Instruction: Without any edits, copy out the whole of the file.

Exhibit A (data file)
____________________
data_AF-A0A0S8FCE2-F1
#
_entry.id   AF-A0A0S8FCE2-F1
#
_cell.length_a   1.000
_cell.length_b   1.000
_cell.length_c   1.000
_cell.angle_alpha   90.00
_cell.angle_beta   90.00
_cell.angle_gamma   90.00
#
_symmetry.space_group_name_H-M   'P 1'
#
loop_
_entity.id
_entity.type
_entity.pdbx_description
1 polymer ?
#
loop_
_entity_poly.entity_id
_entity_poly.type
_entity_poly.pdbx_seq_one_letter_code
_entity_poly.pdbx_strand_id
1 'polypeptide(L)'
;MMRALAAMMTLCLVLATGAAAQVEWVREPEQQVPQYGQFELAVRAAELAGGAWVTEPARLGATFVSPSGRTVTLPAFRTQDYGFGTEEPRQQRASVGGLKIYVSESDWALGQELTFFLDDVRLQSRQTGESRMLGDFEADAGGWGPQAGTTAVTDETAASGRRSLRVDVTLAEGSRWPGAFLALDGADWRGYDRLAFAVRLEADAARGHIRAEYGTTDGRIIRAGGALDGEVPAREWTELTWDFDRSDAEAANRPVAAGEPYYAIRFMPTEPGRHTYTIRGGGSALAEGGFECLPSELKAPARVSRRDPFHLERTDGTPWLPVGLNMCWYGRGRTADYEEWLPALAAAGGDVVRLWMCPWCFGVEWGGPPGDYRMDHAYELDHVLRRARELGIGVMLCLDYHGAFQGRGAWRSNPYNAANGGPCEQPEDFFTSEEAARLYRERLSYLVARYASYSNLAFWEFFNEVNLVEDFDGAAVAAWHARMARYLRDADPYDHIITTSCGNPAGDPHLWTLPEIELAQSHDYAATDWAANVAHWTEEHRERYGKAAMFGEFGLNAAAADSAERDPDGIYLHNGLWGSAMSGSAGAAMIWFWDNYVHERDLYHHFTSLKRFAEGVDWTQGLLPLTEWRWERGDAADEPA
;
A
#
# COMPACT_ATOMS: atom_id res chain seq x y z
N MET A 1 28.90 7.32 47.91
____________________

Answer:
data_AF-A0A0S8FCE2-F1
#
_entry.id   AF-A0A0S8FCE2-F1
#
_cell.length_a   1.000
_cell.length_b   1.000
_cell.length_c   1.000
_cell.angle_alpha   90.00
_cell.angle_beta   90.00
_cell.angle_gamma   90.00
#
_symmetry.space_group_name_H-M   'P 1'
#
loop_
_entity.id
_entity.type
_entity.pdbx_description
1 polymer ?
#
loop_
_entity_poly.entity_id
_entity_poly.type
_entity_poly.pdbx_seq_one_letter_code
_entity_poly.pdbx_strand_id
1 'polypeptide(L)'
;MMRALAAMMTLCLVLATGAAAQVEWVREPEQQVPQYGQFELAVRAAELAGGAWVTEPARLGATFVSPSGRTVTLPAFRTQDYGFGTEEPRQQRASVGGLKIYVSESDWALGQELTFFLDDVRLQSRQTGESRMLGDFEADAGGWGPQAGTTAVTDETAASGRRSLRVDVTLAEGSRWPGAFLALDGADWRGYDRLAFAVRLEADAARGHIRAEYGTTDGRIIRAGGALDGEVPAREWTELTWDFDRSDAEAANRPVAAGEPYYAIRFMPTEPGRHTYTIRGGGSALAEGGFECLPSELKAPARVSRRDPFHLERTDGTPWLPVGLNMCWYGRGRTADYEEWLPALAAAGGDVVRLWMCPWCFGVEWGGPPGDYRMDHAYELDHVLRRARELGIGVMLCLDYHGAFQGRGAWRSNPYNAANGGPCEQPEDFFTSEEAARLYRERLSYLVARYASYSNLAFWEFFNEVNLVEDFDGAAVAAWHARMARYLRDADPYDHIITTSCGNPAGDPHLWTLPEIELAQSHDYAATDWAANVAHWTEEHRERYGKAAMFGEFGLNAAAADSAERDPDGIYLHNGLWGSAMSGSAGAAMIWFWDNYVHERDLYHHFTSLKRFAEGVDWTQGLLPLTEWRWERGDAADEPA
;
A
#
# COMPACT_ATOMS: atom_id res chain seq x y z
N MET A 1 28.90 7.32 47.91